Journal: Thursday 20 January 2011
Goodbye to Mut and on with the next and most exciting leg of our journey. When we left Dakhla at 9.30 in the morning the weather was dull, with dark mountainous clouds scudding over the horizon to either side of the road. The four-hour drive from Dakhla to Farafra took us up over the escarpment and onto a flat and fairly featureless plain. Bordered by the surrounding mountains, we saw many fields of crops irrigated by huge water sprayers – high-tech agriculture for Egypt. We stopped for a much needed cup of coffee at a tiny place called Minqar, about 200km into our journey. By then the sun was hot and we sat outside in the shade while several tiny scrawny tabby cats scampered about and one very well-fed ‘English-looking’ black cat sat presiding over them all. Many locals stop here and several 4WD vehicles were parked on the side of the road while their passengers and drivers sat drinking tea and playing dominoes. On my map I saw that there is a bir, or well, some distance from the road, which must be why there is a building here in the middle of nowhere.
Another 100km on the road and we arrived in Qasr el-Farafra pulling up outside the Hotel Badawiya. We had expected that our police escort Basim would have only come with us as far as Dakhla, but he was now in Farafra with us, having squashed into the minibus with all our luggage and slept most of the way. As I glanced over to him I noticed his gun laid on the seat beside him, his finger was loosely curled around the trigger and I hoped we wouldn’t hit any big bumps in the road. I also wondered what Basim would do tonight as Sam was staying at the hotel in a beautiful suite (she said she’d spent too many nights in the desert already and refused to do it one more time), while Fiona, Malcolm and I were camping in the White Desert. It would be interesting to see how he could be in two places at once. As it turned out, he stayed in the town – a night in the desert was obviously beyond the call of duty.
We had pre-arranged with the hotel for a guide and a Toyota Landcruiser to take us on our expedition and before long our transport was ready, loaded up with canvas, blankets and drums of water on the roof and sleeping bags and food inside. The three of us were allowed only a small bag each. Our guide/driver was called Mustapha and after saying hello he set off straight across a sandy track and back out onto the road. I was last here in 2003 and since then the White Desert has become a National Protectorate with very strict guidelines for driving and camping and is now known as White Desert Park. Certain routes are marked out because tourism was destroying so much of the environment here. I have to say I did feel guilty for contributing to this, but wanted to see it one more time and for Fiona and Malcolm it was the whole purpose of this trip to Egypt. When we turned off the road there were several vehicles already stopped in various places and my first thought was that we were not to be allowed very far off the road. However, Mustafa was just showing us the main places of interest that all tourists are taken to in the Old Desert, such as the Mushroom Field, The White House, the Cave and other famous spots I had seen in other people’s pictures.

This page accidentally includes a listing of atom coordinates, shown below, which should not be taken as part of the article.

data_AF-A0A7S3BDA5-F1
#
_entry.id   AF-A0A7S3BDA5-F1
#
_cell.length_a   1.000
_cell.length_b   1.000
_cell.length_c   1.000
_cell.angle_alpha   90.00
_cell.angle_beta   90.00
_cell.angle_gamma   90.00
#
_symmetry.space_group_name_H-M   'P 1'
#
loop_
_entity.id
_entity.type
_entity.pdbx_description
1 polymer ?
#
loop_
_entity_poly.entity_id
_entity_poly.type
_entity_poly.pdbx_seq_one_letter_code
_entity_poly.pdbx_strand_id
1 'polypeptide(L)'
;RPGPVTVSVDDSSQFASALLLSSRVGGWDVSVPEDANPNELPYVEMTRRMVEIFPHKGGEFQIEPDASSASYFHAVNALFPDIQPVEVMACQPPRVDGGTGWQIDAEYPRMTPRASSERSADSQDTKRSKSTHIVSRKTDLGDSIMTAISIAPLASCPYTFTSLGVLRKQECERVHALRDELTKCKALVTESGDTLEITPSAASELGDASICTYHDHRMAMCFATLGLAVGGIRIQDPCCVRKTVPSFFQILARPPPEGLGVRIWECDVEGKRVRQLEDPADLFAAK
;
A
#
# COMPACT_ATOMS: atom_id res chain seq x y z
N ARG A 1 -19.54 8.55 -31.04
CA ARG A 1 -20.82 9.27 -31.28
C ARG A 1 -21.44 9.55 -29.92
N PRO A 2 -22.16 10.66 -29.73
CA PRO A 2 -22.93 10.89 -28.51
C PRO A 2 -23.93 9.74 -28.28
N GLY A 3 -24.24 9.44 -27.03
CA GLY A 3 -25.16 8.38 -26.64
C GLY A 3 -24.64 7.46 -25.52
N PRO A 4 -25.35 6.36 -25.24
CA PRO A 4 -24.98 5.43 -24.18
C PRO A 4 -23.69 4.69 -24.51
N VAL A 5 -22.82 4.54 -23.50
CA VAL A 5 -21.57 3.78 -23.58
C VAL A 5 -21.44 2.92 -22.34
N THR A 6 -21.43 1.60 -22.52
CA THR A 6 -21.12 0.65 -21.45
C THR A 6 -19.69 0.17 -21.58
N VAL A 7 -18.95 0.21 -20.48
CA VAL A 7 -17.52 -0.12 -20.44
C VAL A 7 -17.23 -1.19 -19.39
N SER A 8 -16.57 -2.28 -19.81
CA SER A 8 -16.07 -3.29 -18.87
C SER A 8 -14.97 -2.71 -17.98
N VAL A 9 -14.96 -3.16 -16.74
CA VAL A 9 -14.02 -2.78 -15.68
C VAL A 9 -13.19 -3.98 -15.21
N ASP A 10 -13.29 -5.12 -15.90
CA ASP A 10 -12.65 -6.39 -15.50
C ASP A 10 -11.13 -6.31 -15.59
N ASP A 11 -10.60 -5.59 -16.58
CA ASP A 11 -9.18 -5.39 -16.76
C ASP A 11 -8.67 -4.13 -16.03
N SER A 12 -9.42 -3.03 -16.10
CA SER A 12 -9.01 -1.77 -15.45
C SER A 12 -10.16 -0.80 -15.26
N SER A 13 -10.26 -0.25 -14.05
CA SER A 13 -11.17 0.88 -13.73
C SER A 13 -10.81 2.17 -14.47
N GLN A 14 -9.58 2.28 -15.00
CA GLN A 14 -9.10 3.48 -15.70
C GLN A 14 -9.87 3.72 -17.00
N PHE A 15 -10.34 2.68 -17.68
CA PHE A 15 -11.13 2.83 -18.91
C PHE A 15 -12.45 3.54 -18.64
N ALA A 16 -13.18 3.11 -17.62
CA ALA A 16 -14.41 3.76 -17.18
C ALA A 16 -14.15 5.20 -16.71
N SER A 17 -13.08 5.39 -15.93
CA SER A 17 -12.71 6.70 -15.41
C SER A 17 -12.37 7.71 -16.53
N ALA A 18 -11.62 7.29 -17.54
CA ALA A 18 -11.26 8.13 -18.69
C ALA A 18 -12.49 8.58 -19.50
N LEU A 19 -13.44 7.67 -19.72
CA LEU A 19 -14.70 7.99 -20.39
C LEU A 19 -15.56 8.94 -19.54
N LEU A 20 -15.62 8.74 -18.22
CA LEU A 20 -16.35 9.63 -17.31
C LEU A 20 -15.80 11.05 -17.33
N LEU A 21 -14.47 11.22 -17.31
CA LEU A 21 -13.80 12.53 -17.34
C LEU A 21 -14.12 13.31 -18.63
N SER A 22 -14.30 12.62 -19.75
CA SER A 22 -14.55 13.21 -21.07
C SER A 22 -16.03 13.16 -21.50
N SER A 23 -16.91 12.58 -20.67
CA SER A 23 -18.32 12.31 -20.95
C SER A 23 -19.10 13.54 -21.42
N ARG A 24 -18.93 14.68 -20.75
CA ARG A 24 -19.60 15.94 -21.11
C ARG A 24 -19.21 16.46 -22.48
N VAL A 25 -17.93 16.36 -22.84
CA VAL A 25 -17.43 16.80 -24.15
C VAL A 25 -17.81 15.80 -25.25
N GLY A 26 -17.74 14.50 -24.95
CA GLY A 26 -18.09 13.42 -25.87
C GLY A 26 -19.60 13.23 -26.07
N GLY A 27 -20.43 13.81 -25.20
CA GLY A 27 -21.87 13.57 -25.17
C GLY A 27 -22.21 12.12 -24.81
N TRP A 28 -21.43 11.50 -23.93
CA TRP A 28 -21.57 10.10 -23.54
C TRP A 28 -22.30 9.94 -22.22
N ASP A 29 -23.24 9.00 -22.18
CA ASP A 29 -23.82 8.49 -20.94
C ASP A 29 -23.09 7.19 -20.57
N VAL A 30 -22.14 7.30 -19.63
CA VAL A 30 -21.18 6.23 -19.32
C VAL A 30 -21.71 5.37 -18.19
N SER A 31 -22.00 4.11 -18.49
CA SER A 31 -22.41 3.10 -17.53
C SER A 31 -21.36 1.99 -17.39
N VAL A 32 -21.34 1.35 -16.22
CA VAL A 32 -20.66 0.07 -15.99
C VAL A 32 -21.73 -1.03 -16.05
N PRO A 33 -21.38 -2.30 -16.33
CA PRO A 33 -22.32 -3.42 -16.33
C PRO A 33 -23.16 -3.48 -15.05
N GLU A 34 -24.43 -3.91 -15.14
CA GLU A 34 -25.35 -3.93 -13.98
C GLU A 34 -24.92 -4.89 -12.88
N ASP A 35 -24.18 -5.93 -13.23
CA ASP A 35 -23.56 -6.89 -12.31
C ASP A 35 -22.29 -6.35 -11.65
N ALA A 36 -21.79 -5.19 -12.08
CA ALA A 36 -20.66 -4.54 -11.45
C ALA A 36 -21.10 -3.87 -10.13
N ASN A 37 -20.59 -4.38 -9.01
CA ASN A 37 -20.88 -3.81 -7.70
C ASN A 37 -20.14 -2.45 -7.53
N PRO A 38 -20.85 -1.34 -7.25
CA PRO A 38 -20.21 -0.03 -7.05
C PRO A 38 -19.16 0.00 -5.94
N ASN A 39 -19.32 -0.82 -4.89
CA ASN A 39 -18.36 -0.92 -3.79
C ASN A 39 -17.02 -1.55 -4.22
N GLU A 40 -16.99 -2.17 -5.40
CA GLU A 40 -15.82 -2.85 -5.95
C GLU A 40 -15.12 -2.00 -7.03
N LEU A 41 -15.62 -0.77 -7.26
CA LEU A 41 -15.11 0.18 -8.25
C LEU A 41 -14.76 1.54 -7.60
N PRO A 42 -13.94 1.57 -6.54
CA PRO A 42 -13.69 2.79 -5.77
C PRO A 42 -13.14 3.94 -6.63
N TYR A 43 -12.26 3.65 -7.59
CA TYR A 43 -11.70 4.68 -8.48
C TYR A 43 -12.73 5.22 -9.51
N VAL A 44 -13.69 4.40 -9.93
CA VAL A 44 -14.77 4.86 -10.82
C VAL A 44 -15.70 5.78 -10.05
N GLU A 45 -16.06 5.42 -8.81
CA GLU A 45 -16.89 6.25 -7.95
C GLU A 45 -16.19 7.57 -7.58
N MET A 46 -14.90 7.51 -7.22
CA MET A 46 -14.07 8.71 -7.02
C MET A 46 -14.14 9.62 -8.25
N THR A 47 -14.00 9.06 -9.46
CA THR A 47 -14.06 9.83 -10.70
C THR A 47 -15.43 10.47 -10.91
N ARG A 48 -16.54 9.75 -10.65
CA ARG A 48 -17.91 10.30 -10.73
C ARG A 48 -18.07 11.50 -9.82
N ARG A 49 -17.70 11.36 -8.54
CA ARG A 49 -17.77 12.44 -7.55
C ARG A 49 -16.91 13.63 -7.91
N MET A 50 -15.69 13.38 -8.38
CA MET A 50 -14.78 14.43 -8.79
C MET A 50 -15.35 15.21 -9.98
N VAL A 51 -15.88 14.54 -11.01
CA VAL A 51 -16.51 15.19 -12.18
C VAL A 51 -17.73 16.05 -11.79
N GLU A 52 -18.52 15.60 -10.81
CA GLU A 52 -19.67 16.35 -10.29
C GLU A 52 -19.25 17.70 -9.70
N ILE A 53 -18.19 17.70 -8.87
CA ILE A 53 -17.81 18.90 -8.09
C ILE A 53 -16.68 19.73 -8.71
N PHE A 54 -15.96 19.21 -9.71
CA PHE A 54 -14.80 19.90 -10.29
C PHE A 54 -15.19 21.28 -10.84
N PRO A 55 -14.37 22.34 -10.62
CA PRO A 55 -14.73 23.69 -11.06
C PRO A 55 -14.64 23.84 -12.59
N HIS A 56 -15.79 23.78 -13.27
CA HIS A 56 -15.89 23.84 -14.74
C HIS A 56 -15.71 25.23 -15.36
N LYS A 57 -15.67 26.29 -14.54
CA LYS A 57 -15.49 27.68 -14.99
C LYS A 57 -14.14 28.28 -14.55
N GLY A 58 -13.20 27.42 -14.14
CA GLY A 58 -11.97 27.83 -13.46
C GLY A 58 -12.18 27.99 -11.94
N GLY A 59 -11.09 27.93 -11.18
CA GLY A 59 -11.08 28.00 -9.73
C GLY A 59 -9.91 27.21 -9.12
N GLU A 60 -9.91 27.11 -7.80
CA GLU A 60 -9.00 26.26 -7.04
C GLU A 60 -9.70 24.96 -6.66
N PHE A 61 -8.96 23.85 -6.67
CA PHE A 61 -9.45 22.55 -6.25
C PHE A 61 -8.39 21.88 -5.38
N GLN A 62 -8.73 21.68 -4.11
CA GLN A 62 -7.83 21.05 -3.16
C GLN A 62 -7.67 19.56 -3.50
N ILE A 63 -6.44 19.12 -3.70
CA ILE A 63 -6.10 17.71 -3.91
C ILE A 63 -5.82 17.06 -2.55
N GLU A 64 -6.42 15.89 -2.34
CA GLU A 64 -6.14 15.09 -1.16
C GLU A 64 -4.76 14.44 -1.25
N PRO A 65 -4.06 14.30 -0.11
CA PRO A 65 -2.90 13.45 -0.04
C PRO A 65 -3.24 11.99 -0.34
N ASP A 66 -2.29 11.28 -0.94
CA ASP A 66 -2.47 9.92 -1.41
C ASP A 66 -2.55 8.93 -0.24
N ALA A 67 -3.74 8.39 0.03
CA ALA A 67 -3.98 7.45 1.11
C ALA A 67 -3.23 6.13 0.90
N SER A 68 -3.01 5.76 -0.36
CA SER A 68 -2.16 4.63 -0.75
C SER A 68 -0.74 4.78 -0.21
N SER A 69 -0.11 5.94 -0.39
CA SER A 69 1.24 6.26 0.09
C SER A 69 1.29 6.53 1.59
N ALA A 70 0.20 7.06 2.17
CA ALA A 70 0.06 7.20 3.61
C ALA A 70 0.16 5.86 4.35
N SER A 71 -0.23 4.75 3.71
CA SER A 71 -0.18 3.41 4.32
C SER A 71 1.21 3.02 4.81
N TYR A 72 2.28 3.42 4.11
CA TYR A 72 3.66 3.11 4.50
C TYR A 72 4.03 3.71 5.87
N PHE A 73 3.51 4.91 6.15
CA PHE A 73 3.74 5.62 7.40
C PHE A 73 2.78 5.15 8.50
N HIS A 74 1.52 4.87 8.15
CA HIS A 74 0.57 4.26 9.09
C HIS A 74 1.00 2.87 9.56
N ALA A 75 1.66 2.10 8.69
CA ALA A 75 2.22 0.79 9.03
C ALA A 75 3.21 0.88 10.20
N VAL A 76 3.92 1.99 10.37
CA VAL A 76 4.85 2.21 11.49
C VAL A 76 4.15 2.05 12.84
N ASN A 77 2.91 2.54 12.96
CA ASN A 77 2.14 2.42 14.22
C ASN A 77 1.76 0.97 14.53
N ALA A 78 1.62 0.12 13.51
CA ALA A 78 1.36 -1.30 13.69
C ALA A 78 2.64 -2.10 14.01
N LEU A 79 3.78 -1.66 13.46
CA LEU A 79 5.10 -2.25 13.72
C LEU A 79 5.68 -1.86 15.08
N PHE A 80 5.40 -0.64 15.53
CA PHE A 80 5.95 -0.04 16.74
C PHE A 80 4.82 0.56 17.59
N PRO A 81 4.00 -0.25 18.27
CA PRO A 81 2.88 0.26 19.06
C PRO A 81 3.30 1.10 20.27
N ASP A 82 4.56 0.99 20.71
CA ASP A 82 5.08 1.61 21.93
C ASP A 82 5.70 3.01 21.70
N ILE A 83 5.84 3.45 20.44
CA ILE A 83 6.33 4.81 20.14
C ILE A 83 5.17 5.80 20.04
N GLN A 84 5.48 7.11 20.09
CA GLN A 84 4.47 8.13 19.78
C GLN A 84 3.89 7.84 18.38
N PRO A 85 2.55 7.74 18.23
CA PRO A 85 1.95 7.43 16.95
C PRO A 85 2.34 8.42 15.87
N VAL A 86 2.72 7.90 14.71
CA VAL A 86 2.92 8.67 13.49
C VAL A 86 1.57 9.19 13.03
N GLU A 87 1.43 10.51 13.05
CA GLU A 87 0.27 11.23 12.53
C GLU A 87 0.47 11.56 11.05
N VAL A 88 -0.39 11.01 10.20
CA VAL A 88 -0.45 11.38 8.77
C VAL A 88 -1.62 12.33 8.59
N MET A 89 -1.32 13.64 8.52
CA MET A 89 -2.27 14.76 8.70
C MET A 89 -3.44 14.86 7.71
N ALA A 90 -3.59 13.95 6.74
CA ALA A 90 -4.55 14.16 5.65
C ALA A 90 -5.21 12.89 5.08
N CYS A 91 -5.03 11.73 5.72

Soon we had left the main track and were bumping our way over the sand past weird alien shapes and brilliant white boulders seeming to grow out of the surface of the desert. The rocks are sculpted by harsh winds and rough sand so they are constantly changing shape. The formations are given descriptive names such as ‘mushrooms’ or ‘ice-cream cones’ and some look like chickens, camels, hawks and pigs. In some areas it felt like we were travelling through a strange polar sea because the white chalk surface of the desert is rippled like ice-capped waves.
Each of the guides has his own favourite spots for camping and Mustapha took us to a remote location far away from other people, into the New Desert where he had a hidden stash of kindling and twigs for a campfire. He stopped the Toyota close against a rock and we all piled out. The sun would soon be setting.